Yes, No, Maybe

Bruce Edward Bradley, MD*, University of Kentucky, Lexington, KY

Meeting: Hospital Medicine 2016, March 6-9, San Diego, Calif.

Abstract number: 447

Categories: Adult, Clinical Vignettes Abstracts

Keywords: , ,

Case Presentation:

A 45 year-old woman presented with 4 hours of lower back pain, after a fall from standing. She did not report a loss of consciousness, and did not injure her head. She had no neurological deficits, nor bladder of bowel dysfunction. She denied any chest pain or dyspnea. A standard 12 lead EKG was obtained shortly after arrival, which was concerning for ST elevation in a lateral wall distribution (Lead I and AVL, and V4-V6).

Her past medical history was only significant for a recent diagnosis of a metastatic, high-grade undifferentiated pleomorphic sarcoma (from a biopsy performed on a mass over her right flank). She had no family history of malignancies, diabetes or early onset CAD. Her home medications consisted of Morphine ER, Tylenol, Zofran, Dexamethasone and Docusate, and she had recently undergone a single cycle of chemotherapy (Gemcitabine and Docetaxel, as well as Denosumab). She had no history of coronary disease, nor risk factors for the early development of CAD. She was obese, and appeared to be in no distress. Heart rate was 89, Blood Pressure 107/68mmHg. Palpation over T12 was tender, and her lower extremities were neurologically intact. Her lungs were clear, and with oxygen saturations of 96% on room air. She had good volume peripheral pulses, with a regular rhythm. A systolic murmur was noted across the whole precordium; no JVD or pedal edema were present; a Port-A-Cath device was present in the right upper chest.

Imaging confirmed an acute fracture of T12. She was mildly anemic with a significant leukocytosis (Hemoglobin 9.7, Leukocyte count 24). Her renal and hepatic chemistries were normal, except for hypocalcemia (7.6) and hypophosphatemia (1.0). Troponin levels were undetectable. Bedside transthoracic echocardiography was performed and a mass was visualized in the left ventricular wall (without associated wall motion abnormalities).

Discussion:

Hospitalists frequently encounter EKGs with changes suggestive of ischemia, but not all of these EKGs are caused by coronary occlusion. Metastatic disease affecting the myocardium may mimic STEMI, and should be considered in the differential of patients with malignancies and who have no clinical symptoms of acute myocardial infarction and who have normal cardiac biomarkers. When present, intracardiac malignancies commonly cause ECG abnormalities, although these are typically non-specific changes. The clinical presentation is clinically variable, with signs and symptoms influenced by the location of the lesion, and the extent of infiltration into surrounding tissue and chambers.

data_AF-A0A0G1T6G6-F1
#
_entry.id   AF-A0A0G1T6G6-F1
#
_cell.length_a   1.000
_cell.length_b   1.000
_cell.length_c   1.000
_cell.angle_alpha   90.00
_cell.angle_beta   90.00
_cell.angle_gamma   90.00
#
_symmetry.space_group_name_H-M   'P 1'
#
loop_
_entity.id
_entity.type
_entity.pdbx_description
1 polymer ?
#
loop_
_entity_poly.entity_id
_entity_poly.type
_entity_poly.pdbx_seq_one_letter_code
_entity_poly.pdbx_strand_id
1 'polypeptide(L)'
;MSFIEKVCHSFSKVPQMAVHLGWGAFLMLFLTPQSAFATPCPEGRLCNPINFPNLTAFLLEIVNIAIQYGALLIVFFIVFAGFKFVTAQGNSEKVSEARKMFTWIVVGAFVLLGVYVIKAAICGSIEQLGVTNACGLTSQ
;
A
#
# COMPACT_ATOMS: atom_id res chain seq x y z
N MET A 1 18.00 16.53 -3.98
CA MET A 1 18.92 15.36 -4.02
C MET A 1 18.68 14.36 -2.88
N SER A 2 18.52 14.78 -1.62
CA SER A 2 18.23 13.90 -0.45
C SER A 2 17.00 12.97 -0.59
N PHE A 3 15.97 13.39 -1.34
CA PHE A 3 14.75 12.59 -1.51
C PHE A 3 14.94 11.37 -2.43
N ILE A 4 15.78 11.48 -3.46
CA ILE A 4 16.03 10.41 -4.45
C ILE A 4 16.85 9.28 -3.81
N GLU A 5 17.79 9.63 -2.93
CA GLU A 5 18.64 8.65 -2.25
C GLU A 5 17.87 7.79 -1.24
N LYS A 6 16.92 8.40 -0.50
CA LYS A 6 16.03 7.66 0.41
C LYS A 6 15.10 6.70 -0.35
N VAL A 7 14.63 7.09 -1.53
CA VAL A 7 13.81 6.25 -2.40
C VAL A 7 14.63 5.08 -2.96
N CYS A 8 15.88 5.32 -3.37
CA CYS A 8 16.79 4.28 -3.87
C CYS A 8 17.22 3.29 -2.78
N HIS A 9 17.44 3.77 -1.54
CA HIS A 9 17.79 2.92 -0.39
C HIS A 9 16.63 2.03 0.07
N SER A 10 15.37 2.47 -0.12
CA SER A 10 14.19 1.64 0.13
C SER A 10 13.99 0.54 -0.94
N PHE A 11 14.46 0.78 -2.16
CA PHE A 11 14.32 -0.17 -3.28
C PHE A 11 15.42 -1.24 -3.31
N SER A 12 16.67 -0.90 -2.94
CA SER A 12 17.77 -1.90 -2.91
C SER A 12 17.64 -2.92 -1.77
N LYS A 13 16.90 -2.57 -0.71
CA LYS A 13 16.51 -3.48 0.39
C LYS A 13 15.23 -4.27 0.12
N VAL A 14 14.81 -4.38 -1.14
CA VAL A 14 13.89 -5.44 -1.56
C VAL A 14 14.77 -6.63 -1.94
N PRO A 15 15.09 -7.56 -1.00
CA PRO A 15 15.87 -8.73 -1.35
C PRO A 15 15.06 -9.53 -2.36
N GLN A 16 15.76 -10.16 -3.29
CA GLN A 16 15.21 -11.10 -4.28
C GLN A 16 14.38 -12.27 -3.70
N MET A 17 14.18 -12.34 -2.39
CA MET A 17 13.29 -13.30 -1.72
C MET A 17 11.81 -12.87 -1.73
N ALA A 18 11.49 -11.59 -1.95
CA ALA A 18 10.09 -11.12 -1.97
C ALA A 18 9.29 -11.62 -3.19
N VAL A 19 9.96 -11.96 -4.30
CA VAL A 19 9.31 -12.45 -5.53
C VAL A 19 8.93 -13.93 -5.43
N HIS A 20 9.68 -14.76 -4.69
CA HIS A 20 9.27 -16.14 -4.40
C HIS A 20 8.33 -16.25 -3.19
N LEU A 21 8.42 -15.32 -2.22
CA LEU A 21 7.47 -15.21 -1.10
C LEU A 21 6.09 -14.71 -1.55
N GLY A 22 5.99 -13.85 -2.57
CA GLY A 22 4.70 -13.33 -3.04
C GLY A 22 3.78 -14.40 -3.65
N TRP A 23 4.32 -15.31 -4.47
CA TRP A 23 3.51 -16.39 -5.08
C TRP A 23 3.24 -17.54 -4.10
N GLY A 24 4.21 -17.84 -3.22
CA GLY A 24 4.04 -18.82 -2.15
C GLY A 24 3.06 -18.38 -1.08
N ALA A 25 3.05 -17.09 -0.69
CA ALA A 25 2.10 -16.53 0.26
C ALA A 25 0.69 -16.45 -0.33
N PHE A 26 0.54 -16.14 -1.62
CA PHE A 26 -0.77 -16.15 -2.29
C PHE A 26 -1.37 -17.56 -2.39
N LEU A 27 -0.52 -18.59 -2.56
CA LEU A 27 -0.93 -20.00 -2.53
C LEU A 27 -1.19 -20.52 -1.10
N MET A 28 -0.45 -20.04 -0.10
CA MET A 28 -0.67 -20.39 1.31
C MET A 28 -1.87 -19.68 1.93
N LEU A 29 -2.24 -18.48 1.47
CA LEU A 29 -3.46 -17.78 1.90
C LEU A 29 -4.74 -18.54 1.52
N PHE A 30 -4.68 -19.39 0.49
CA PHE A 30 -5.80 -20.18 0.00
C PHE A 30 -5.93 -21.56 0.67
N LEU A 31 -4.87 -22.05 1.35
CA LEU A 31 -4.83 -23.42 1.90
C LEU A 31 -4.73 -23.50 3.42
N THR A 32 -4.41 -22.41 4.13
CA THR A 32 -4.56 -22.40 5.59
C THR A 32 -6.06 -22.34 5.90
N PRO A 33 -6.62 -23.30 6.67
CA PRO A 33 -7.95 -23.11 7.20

Metastatic tumors are 20-40x more common than primary myocardial tumors, and may originate for several primary sites (most commonly melanoma, breast cancer, lung cancer, and lymphoma). Sarcomas are the most common malignant primary cardiac tumors. Imaging modalities that can be useful in workup of metastatic myocardial disease include echocardiography, CT imaging, Cardiac MRI, and FDG-PET scanning. 

Conclusions:

Although cardiac malignancies are rare, review of abnormal EKGs is routine for Hospitalists. Recognition of this particular MI-mimic may become increasing relevant in the current era of increased clinical volumes and increased hospitalist involvement in the management of patients with advanced, widely metastatic disease.

To cite this abstract:

Bradley BE. Yes, No, Maybe. Abstract published at Hospital Medicine 2016, March 6-9, San Diego, Calif. Abstract 447. Journal of Hospital Medicine. 2016; 11 (suppl 1). https://www.shmabstracts.com/abstract/yes-no-maybe/. Accessed November 17, 2019.

« Back to Hospital Medicine 2016, March 6-9, San Diego, Calif.